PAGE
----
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Old 05-27-2021, 01:33 AM   #1
1968 volvo
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Question Volvo rear end noise

Hi all. I have a 1968 Volvo 142s with a BW35 automatic transmission. It makes a rubbing noise on the rear end passenger side of the car when I turn left. Any suggestions as to what it is. I think it is the brake rotor but I just replaced that so I don't know how that is the problem.
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Old 05-27-2021, 10:54 AM   #2
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Look for wear marks on the backing plate. It could be warped. Or (rarely) it can be the bearing.
Was it doing this before replacing the rotor?
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Old 05-27-2021, 12:20 PM   #3
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Quote:
Originally Posted by mikep View Post
Look for wear marks on the backing plate. It could be warped. Or (rarely) it can be the bearing.
Was it doing this before replacing the rotor?
The noise only happened after replacing both the rotor and the caliper. Would a warped rotor only show itself while turning left?
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Old 05-27-2021, 01:08 PM   #4
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No.

Did you do anything to the bearings while you had it apart to change the rotors?

Does your car still have the original rear axle assembly that has the early style of axle bearings?

The early style use the same axle bearings as the Dana rear drum brake axles Volvos used on PV, 122 and 1800 Volvo cars and they aren't lubricated by the oil in the rear end and have to be repacked with high temperature bearing grease every once in a while.
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Old 05-27-2021, 02:40 PM   #5
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Check the rotor to see if it's centered in the caliper. Volvo sold shims to go between the caliper and the mounting bracket in .6, 1.2 and 1.8 mm thicknesses. They're NLA but a pair of thin washers would accomplish the same thing.
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Old 05-27-2021, 05:44 PM   #6
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What type of noise is it? A scrapping metallic noise, whirring spinning noise, or a squeaky rubber noise. If it only happens when the body rolls, can you reproduce it by bouncing that side or end of the car? May need someone to lay under the car to help locate it.
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Old 05-27-2021, 10:59 PM   #7
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While driving the car today. I could hear the same scraping noise while driving strait and turning right. Its just a lot more quiet.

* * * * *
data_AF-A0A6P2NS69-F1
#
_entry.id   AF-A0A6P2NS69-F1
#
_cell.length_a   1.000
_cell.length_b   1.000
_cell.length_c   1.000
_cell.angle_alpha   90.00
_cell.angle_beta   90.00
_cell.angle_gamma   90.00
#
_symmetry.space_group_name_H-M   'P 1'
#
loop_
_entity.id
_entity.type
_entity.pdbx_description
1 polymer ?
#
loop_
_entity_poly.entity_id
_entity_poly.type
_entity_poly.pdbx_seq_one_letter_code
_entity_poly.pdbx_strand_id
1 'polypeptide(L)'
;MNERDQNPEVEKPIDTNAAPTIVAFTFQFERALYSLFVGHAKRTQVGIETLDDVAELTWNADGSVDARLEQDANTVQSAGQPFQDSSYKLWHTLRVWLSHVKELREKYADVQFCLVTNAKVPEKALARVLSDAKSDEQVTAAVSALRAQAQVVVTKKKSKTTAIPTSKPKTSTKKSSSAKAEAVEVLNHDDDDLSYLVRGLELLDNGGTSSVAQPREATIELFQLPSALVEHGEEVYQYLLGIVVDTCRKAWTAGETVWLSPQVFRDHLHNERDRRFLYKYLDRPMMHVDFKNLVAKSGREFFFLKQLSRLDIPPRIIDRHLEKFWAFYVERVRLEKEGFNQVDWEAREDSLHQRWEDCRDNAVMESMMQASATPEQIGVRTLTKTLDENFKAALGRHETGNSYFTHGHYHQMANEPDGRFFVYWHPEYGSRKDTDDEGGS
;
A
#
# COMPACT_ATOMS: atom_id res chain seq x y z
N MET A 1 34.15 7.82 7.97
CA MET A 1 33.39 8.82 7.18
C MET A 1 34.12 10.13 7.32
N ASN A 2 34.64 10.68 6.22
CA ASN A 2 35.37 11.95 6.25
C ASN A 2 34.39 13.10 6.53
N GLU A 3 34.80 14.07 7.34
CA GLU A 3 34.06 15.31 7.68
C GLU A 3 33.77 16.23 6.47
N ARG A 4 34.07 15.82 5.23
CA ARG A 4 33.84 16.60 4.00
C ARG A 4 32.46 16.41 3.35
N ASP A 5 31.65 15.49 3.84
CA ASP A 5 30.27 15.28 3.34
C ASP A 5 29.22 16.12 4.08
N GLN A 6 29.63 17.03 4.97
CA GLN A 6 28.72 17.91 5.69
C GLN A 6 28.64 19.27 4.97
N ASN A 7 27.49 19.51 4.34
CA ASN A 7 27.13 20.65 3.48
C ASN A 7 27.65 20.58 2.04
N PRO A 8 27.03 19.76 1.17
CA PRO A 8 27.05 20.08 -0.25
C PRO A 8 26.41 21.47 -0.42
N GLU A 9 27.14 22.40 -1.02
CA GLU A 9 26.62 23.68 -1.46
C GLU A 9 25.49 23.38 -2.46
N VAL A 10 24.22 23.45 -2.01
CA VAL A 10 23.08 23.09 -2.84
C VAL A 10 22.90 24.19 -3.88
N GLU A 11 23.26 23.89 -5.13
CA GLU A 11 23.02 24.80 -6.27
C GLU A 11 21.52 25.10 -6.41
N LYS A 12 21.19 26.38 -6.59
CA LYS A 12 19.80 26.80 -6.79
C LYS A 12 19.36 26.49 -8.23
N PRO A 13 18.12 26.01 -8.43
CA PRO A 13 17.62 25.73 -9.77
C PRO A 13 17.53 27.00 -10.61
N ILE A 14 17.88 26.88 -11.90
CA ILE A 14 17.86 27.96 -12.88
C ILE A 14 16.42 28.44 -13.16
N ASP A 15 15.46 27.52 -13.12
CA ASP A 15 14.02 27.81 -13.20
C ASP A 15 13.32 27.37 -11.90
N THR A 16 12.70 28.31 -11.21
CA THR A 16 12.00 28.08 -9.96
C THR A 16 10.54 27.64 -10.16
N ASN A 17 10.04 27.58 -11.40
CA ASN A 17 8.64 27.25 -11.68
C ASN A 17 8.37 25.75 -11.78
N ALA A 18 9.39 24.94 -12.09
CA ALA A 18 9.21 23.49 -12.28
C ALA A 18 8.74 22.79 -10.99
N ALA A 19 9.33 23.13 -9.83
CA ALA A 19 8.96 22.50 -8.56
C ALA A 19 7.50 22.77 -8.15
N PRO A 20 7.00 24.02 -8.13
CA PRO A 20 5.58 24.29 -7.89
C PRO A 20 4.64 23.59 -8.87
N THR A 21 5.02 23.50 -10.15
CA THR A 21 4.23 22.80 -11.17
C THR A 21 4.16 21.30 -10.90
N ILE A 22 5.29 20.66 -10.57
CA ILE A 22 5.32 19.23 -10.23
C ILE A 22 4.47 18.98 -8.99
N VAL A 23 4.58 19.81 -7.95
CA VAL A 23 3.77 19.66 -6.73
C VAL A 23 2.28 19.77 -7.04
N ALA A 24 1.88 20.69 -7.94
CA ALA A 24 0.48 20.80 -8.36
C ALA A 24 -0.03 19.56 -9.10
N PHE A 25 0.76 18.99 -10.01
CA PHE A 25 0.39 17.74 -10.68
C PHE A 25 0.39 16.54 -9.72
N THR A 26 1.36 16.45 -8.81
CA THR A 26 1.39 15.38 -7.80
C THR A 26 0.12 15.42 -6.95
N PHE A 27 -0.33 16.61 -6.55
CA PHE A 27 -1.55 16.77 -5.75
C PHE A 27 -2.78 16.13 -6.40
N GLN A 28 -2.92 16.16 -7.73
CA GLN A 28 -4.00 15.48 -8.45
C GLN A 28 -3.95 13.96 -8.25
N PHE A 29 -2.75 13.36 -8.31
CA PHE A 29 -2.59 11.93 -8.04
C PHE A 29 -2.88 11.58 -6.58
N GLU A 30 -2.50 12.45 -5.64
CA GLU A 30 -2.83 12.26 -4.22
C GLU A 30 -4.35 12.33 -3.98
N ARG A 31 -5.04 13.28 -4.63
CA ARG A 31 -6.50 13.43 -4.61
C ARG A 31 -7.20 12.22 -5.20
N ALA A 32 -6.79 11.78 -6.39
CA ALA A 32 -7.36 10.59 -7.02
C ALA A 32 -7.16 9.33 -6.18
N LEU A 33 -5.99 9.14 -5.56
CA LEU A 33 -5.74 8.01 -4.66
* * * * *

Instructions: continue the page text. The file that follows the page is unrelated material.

I did nothing to the bearings while the rotor was off. As for modifications to the axle, I don't know. I don't know any of the history of the car before the junkyard.

The noise sounds like the rotor rubbing on something. It happens regularly but not constantly. It is more constant when you are going faster. The noise can only be made on the road. It doesn't happen when rocking the car. Although there are other interesting noises when the car rocks.

How can I find out about the axle having old bearings. Is there a marking to look for?

Last edited by 1968 volvo; 05-27-2021 at 11:08 PM..
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Old 05-27-2021, 11:22 PM   #8
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If the caliper bracket is bolted to the axle tube it's an early rear end. If it's welded it's a later axle.

Did you check the where the rotor sits in the caliper? Shims were installed from the factory in order to center the rotor in the caliper as they can rub. Once the rotor has been turned, it may not rub and the shim could have been omitted or lost. When a new rotor is installed it will rub again.
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Old 05-28-2021, 01:15 PM   #9
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The caliper bracket is bolted to the axle tube so I can be sure that the axle is a newer series one.

So the way to fix is to get rotor shims?
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Old 05-28-2021, 01:30 PM   #10
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Quote:
Originally Posted by 1968 volvo View Post
The caliper bracket is bolted to the axle tube so I can be sure that the axle is a newer series one.
No, it's the other way 'round. If the caliper bracket is bolted to the axle tube you have the early setup with a bearing adjuster on the right side.

Quote:
So the way to fix is to get rotor shims?
If the rotor is rubbing on the inboard side of the caliper then yes, you need a shim.
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Old 05-28-2021, 04:30 PM   #11
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Quote:
Originally Posted by hiperfauto View Post
No, it's the other way 'round. If the caliper bracket is bolted to the axle tube you have the early setup with a bearing adjuster on the right side.



If the rotor is rubbing on the inboard side of the caliper then yes, you need a shim.
My bad... I just read your reply too fast. So it is possible that the bearing is thirsty for grease.

I will check to see how and where the rotor is rubbing when I get the time to take off the wheel.
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